Big, burly Wilbur Walsh (Bud Spencer) is looking for work on the docks in Miami, but all he gets is grief from local mob enforcers. Being superhumanly strong, he beats the bad guys to a pulp then smashes a sledgehammer into their expensive automobile. Shortly thereafter, stowaway Matt Kirby (Terence Hill) arrives on the scene also in need of a job, only to run into the same bunch of bullies. It just isn’t the mobsters’ lucky day because wiry Matt proves equally tough. After kicking their collective asses, he takes a forklift truck to trash their new car. Matt and Wilbur meet up and bond after turning the tables, yet again, on the gun-toting gangsters. Desperately low on cash, the pair hatch a plan to rob the nearest supermarket, only bumble into a police station instead. So the boys promptly sign up and join the force as motorcycle cops under the ball-busting Captain McBride (David Huddleston). It’s all part of Matt’s brilliant plan to set out and be the worst cops possible, get fired, then collect their severance pay. Of course, things don’t quite work out that way.
Terence Hill and Bud Spencer - real names: Mario Girotti and Carlo Pedersoli - were a couple of amiable Italian actors who had modest success on their own, but really took off when paired together. First in the “straight” spaghetti western God Forgives... I Don’t! (1967) wherein Hill played a gunslinger called Cat Stevens and which spawned the sequels Ace High (1968) co-starring Eli Wallach and Boot Hill (1969), then in the knockabout comedy smash They Call Me Trinity (1970). Though reviled by so-called “serious” spaghetti western fans, Trinity and its subsequent sequels and inevitable rip-offs were huge international hits that propelled the careers of not only Hill and Spencer, but also cinematographer-turned-director Enzo Barboni under his pseudonym: E.B. Clutcher. He stuck with the team well into the late Eighties, though later tried to resurrect the Trinity franchise with two new actors in Sons of Trinity (1995). Other notable Italian directors continued cranking out comedy hits with Hill and Spencer well into the new millennium when their international stardom dimmed but their European fanbase proved loyal as ever.
By the late Seventies, Hollywood took notice. Hill got his chance to headline two big American movies, March or Die and Mr. Billion, while Warner Bros. invested money in Crime Busters, an Italian co-production that ironically proved a far bigger hit. This was the first of an increasingly grandiose run of Hill/Spencer vehicles, shot on location in Miami although the interiors were filmed in Rome. Barboni sticks rigidly to the formula he established with the Trinity films. Hill plays a feisty, fast-talking wiseguy with a heart of gold, Spencer is surly and strong as Hercules, hiding his amiability beneath outward bluster. Like two overgrown kids, the stars spend two thirds of the film playing pranks on each other with wisecracks that border on the surreal (Hill repeatedly calls Spencer “you big banana”) suggesting something got slightly lost in translation. Episodic and far too leisurely, the film trades largely on the charisma of its stars along with the fights, car crashes and stunts that are energetic and choreographed with acrobatic flair. It is a style of comedy, Hollywood later co-opted wholesale for knockabout romps like Smokey and the Bandit (1977) and Every Which Way But Loose (1978).
After an hour of slapstick misadventure, the plot finally kicks in once Matt discovers a Chinese immigrant who once helped him out has been murdered. He also strikes up a romance with the dead man’s niece, played by none other than Laura Gemser, star of Emanuelle in America (1977) and Emanuelle and the Last Cannibals (1977). See? She did make a movie where she kept her clothes on. Her family are among those broad caricatures that behave like holdovers from the Ming Dynasty, speaking in sub-Confucian proverbs and addressing their elder as “honorable grandfather.” Has anyone ever met any Chinese people who really talk like this? Anyway, our heroes discover their dead friend was forced to smuggle drugs hidden in Chinese dolls for the friendly neighborhood mobsters. Mob boss Curly (Luciano Catenacci) sends two beautiful blonde sisters, Angie (April Clough) and Galina (Jill Flanter), posing as Russian royalty to distract Wilbur and Matt, but the boys turn the tables on the temptresses and smash the drugs ring.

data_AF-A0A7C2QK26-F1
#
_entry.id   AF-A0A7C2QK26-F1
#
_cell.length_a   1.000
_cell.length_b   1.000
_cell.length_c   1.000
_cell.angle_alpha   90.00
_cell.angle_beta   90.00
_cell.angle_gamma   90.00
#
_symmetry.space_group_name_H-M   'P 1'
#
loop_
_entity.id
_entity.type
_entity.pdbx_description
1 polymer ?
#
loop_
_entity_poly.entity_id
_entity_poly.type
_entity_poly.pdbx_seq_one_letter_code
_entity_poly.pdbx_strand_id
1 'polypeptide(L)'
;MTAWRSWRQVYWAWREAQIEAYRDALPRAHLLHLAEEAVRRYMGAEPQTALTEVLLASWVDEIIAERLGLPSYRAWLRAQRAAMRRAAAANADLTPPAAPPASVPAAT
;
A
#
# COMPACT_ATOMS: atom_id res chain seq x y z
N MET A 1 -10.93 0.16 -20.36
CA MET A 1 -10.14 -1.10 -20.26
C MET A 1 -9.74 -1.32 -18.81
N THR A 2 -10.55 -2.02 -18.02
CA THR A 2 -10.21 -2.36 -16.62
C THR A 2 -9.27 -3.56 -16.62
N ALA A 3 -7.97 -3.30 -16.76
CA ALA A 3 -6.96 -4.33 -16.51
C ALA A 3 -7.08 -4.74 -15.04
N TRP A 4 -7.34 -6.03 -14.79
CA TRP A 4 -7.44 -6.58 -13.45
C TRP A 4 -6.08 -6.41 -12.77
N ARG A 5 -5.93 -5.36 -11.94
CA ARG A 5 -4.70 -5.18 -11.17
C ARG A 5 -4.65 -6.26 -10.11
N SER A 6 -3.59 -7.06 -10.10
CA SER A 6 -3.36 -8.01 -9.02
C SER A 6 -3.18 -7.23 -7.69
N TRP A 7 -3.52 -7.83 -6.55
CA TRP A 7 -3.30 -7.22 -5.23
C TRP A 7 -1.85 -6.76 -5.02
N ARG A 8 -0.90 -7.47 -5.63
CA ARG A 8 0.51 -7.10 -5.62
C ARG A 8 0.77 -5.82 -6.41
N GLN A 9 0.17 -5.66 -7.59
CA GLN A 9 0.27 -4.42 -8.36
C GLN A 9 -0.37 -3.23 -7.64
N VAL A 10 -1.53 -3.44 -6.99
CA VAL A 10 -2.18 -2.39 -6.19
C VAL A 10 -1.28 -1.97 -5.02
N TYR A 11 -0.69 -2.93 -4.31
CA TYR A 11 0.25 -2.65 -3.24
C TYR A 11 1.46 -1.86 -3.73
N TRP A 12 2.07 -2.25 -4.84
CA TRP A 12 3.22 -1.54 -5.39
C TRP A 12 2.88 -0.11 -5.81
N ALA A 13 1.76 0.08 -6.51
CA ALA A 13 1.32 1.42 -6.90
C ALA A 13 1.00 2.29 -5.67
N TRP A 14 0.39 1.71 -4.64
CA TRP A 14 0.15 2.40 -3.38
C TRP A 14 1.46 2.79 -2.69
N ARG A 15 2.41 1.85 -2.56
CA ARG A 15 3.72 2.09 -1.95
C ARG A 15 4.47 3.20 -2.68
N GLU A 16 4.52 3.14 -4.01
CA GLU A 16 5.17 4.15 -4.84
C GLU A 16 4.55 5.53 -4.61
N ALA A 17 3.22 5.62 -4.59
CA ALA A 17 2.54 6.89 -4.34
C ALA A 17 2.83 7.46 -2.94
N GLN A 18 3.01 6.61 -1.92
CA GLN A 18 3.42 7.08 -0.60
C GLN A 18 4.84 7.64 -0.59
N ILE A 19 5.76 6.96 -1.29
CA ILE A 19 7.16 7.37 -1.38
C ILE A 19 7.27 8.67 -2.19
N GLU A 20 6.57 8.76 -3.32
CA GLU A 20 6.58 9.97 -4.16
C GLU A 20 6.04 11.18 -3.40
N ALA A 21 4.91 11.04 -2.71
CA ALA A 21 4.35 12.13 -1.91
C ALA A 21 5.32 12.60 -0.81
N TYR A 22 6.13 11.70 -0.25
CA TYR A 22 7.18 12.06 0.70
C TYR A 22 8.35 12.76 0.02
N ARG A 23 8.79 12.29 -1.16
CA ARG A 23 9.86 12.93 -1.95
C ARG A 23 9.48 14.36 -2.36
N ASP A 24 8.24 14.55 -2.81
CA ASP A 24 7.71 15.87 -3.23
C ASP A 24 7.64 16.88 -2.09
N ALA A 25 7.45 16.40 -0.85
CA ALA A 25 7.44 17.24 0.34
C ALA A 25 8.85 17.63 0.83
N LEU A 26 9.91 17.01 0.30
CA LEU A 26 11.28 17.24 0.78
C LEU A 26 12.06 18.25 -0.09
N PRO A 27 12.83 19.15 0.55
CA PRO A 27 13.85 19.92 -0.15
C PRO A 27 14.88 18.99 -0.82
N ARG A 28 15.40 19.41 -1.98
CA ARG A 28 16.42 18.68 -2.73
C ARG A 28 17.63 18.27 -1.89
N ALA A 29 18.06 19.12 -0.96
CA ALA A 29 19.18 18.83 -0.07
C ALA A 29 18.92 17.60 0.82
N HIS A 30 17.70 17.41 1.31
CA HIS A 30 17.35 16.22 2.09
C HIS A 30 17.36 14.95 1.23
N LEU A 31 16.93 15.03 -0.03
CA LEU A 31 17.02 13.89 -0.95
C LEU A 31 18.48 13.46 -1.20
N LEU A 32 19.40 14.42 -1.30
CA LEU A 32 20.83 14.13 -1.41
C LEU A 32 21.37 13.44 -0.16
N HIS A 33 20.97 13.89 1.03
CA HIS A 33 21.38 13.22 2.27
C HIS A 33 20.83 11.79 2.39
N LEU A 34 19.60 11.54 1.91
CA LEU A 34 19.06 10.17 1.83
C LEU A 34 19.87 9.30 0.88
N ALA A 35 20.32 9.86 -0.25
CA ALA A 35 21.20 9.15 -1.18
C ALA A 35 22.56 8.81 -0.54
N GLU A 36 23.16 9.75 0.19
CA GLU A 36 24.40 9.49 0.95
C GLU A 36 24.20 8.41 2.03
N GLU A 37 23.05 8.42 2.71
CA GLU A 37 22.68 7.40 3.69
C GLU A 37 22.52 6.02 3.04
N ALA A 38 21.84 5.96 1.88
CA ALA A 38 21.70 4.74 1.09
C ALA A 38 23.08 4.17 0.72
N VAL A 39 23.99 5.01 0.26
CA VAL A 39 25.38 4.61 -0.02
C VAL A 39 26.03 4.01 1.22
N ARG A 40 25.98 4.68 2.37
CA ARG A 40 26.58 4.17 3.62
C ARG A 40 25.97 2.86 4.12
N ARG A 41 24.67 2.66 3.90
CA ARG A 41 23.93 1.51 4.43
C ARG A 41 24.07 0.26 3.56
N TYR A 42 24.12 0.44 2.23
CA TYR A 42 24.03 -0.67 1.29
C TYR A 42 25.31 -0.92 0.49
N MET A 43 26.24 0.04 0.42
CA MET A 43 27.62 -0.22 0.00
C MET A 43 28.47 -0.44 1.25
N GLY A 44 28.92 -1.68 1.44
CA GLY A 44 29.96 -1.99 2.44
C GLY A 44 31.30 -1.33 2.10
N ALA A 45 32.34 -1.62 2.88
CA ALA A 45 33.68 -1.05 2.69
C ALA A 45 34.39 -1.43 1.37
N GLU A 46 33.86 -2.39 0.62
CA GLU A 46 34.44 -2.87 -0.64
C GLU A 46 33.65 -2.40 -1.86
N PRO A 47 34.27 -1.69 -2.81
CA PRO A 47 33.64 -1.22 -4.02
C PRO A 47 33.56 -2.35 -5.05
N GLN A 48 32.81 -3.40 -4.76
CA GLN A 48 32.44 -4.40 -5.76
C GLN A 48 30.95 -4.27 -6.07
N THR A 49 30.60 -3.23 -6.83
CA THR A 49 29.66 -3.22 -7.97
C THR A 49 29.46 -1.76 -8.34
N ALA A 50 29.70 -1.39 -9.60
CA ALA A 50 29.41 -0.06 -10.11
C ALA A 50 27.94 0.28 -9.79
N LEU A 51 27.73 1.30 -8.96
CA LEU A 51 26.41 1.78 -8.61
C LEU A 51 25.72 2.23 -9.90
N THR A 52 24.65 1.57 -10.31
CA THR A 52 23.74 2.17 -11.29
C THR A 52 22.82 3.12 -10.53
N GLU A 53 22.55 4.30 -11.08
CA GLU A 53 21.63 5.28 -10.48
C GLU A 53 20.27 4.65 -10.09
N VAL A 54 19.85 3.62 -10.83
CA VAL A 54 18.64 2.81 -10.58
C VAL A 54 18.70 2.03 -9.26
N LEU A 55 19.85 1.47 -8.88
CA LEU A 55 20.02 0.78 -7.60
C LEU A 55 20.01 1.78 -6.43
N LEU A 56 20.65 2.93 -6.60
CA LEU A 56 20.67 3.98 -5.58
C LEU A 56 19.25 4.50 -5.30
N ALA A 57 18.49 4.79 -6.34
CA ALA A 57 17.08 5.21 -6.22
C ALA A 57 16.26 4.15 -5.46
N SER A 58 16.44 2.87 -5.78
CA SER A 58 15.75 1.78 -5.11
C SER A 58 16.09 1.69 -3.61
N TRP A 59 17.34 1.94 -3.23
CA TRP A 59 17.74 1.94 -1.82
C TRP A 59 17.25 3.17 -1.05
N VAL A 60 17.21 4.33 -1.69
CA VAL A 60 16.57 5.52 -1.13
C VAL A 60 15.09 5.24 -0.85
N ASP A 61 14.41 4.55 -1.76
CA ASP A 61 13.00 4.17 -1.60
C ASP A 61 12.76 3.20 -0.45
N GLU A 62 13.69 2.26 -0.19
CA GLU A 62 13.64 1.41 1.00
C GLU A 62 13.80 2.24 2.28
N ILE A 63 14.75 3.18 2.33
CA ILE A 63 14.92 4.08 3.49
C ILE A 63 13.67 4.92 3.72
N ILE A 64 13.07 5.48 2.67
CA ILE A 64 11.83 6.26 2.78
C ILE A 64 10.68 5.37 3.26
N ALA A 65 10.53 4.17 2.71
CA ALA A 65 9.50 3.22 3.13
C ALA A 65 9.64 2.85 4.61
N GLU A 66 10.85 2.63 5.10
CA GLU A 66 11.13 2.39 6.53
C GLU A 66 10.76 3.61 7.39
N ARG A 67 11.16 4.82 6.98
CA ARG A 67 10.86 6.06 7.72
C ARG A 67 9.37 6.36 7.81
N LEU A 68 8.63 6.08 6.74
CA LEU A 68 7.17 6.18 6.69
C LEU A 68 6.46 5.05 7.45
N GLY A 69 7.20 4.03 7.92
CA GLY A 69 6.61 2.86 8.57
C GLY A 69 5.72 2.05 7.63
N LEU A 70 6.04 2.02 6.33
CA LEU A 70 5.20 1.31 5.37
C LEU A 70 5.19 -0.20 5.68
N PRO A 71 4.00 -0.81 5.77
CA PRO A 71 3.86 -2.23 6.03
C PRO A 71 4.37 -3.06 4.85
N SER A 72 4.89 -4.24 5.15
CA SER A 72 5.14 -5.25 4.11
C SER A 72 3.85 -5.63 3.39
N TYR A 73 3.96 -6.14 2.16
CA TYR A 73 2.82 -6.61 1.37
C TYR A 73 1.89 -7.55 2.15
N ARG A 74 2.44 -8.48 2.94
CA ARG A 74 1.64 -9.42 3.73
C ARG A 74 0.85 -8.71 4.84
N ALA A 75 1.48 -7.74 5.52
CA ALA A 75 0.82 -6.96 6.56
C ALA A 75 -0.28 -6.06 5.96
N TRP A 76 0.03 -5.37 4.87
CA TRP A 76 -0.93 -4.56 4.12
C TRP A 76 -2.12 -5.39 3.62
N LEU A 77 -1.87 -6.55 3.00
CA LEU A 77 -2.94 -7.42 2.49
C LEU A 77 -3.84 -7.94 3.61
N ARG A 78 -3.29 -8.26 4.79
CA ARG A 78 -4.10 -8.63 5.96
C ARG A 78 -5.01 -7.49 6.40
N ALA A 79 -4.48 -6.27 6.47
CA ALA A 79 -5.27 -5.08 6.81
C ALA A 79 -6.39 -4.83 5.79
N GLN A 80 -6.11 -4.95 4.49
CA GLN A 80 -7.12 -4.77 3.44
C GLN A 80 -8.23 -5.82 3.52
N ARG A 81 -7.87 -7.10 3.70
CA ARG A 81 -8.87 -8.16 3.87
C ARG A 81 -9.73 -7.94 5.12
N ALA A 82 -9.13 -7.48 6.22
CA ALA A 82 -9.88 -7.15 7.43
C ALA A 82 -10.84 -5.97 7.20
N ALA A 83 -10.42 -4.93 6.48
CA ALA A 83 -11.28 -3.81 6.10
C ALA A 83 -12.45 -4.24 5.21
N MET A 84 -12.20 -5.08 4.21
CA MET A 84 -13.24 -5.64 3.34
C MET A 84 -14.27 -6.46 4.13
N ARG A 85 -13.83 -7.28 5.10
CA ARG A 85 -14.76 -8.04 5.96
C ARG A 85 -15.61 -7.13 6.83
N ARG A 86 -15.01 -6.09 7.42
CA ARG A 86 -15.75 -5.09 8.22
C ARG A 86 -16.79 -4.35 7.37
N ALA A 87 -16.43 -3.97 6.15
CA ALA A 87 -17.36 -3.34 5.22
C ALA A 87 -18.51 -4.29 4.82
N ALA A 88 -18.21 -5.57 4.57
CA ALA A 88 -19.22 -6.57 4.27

Italian films set in the United States often have an eccentric view of the nation wavering between the satirical and the insulting. Over the course of their misadventures, our heroes meet two brothers eager to sell their dead father’s corpse to a medical college, lock wits with a street gang who all wear red masks led by a whip-wielding gay delinquent, and play a lethal game of American football against another gang dressed like the Village People led by a faux Native American named Geronimo (Luciano Rossi). “Remember the Alamo!” he absurdly cries before leading the charge. Whereas heroes in American movies typically lend their strength and skill to a philanthropic cause, Italian pastiche westerns and action comedies often focus on antiheroes who survive by their wits. In the case of Crime Busters, the main joke appears to be that Italian working class rogues like Matt and Wilbur do a better job keeping the streets safe than the square-jawed, gun-toting American cops. Equally however, the film has an amiable theme about downtrodden folks banding together against oppressors, a message that is very American. Which may be the reason why, although Hill and Spencer made much better films, Crime Busters is the most widely known, stateside. The dynamic duo returned to clean-up the sunshine state capital in Miami Super Cops (1985).